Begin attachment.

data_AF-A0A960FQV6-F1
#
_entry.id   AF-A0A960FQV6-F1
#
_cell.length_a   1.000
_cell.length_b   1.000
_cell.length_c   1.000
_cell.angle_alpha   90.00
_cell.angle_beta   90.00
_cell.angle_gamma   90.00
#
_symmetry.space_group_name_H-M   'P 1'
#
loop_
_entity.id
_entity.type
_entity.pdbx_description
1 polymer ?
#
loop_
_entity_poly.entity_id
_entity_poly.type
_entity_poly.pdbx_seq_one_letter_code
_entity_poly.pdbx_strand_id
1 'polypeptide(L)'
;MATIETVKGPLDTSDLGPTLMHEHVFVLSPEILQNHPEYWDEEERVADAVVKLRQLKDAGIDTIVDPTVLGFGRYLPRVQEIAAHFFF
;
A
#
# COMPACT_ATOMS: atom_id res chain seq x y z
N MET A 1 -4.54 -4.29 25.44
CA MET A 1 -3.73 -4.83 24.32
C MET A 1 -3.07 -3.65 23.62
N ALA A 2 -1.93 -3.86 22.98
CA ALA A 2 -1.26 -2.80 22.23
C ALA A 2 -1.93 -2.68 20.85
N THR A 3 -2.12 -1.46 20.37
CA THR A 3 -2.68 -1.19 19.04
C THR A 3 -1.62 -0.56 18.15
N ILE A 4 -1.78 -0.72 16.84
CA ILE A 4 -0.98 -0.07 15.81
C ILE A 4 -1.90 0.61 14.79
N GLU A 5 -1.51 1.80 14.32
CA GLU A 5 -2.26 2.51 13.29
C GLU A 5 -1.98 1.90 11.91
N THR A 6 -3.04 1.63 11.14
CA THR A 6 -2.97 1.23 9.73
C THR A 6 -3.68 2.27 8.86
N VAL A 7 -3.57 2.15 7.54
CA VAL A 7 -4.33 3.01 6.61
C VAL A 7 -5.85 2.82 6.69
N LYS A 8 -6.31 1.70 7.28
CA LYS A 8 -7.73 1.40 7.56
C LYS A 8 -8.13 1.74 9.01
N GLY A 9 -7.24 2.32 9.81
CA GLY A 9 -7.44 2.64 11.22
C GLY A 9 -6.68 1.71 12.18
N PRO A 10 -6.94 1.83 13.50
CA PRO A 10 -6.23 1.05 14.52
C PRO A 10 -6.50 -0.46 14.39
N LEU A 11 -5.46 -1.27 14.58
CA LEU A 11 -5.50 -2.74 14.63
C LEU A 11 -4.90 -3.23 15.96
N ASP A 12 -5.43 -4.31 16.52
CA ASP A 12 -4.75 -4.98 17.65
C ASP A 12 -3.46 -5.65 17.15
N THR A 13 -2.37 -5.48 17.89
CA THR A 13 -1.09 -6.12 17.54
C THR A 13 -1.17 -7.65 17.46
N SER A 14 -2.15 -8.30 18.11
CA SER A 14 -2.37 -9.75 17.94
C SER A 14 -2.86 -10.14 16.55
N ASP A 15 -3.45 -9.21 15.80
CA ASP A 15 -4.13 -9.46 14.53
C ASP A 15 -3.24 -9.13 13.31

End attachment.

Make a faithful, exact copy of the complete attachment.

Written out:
data_AF-A0A960FQV6-F1
#
_entry.id   AF-A0A960FQV6-F1
#
_cell.length_a   1.000
_cell.length_b   1.000
_cell.length_c   1.000
_cell.angle_alpha   90.00
_cell.angle_beta   90.00
_cell.angle_gamma   90.00
#
_symmetry.space_group_name_H-M   'P 1'
#
loop_
_entity.id
_entity.type
_entity.pdbx_description
1 polymer ?
#
loop_
_entity_poly.entity_id
_entity_poly.type
_entity_poly.pdbx_seq_one_letter_code
_entity_poly.pdbx_strand_id
1 'polypeptide(L)'
;MATIETVKGPLDTSDLGPTLMHEHVFVLSPEILQNHPEYWDEEERVADAVVKLRQLKDAGIDTIVDPTVLGFGRYLPRVQEIAAHFFF
;
A
#
# COMPACT_ATOMS: atom_id res chain seq x y z
N MET A 1 -4.54 -4.29 25.44
CA MET A 1 -3.73 -4.83 24.32
C MET A 1 -3.07 -3.65 23.62
N ALA A 2 -1.93 -3.86 22.98
CA ALA A 2 -1.26 -2.80 22.23
C ALA A 2 -1.93 -2.68 20.85
N THR A 3 -2.12 -1.46 20.37
CA THR A 3 -2.68 -1.19 19.04
C THR A 3 -1.62 -0.56 18.15
N ILE A 4 -1.78 -0.72 16.84
CA ILE A 4 -0.98 -0.07 15.81
C ILE A 4 -1.90 0.61 14.79
N GLU A 5 -1.51 1.80 14.32
CA GLU A 5 -2.26 2.51 13.29
C GLU A 5 -1.98 1.90 11.91
N THR A 6 -3.04 1.63 11.14
CA THR A 6 -2.97 1.23 9.73
C THR A 6 -3.68 2.27 8.86
N VAL A 7 -3.57 2.15 7.54
CA VAL A 7 -4.33 3.01 6.61
C VAL A 7 -5.85 2.82 6.69
N LYS A 8 -6.31 1.70 7.28
CA LYS A 8 -7.73 1.40 7.56
C LYS A 8 -8.13 1.74 9.01
N GLY A 9 -7.24 2.32 9.81
CA GLY A 9 -7.44 2.64 11.22
C GLY A 9 -6.68 1.71 12.18
N PRO A 10 -6.94 1.83 13.50
CA PRO A 10 -6.23 1.05 14.52
C PRO A 10 -6.50 -0.46 14.39
N LEU A 11 -5.46 -1.27 14.58
CA LEU A 11 -5.50 -2.74 14.63
C LEU A 11 -4.90 -3.23 15.96
N ASP A 12 -5.43 -4.31 16.52
CA ASP A 12 -4.75 -4.98 17.65
C ASP A 12 -3.46 -5.65 17.15
N THR A 13 -2.37 -5.48 17.89
CA THR A 13 -1.09 -6.12 17.54
C THR A 13 -1.17 -7.65 17.46
N SER A 14 -2.15 -8.30 18.11
CA SER A 14 -2.37 -9.75 17.94
C SER A 14 -2.86 -10.14 16.55
N ASP A 15 -3.45 -9.21 15.80
CA ASP A 15 -4.13 -9.46 14.53
C ASP A 15 -3.24 -9.13 13.31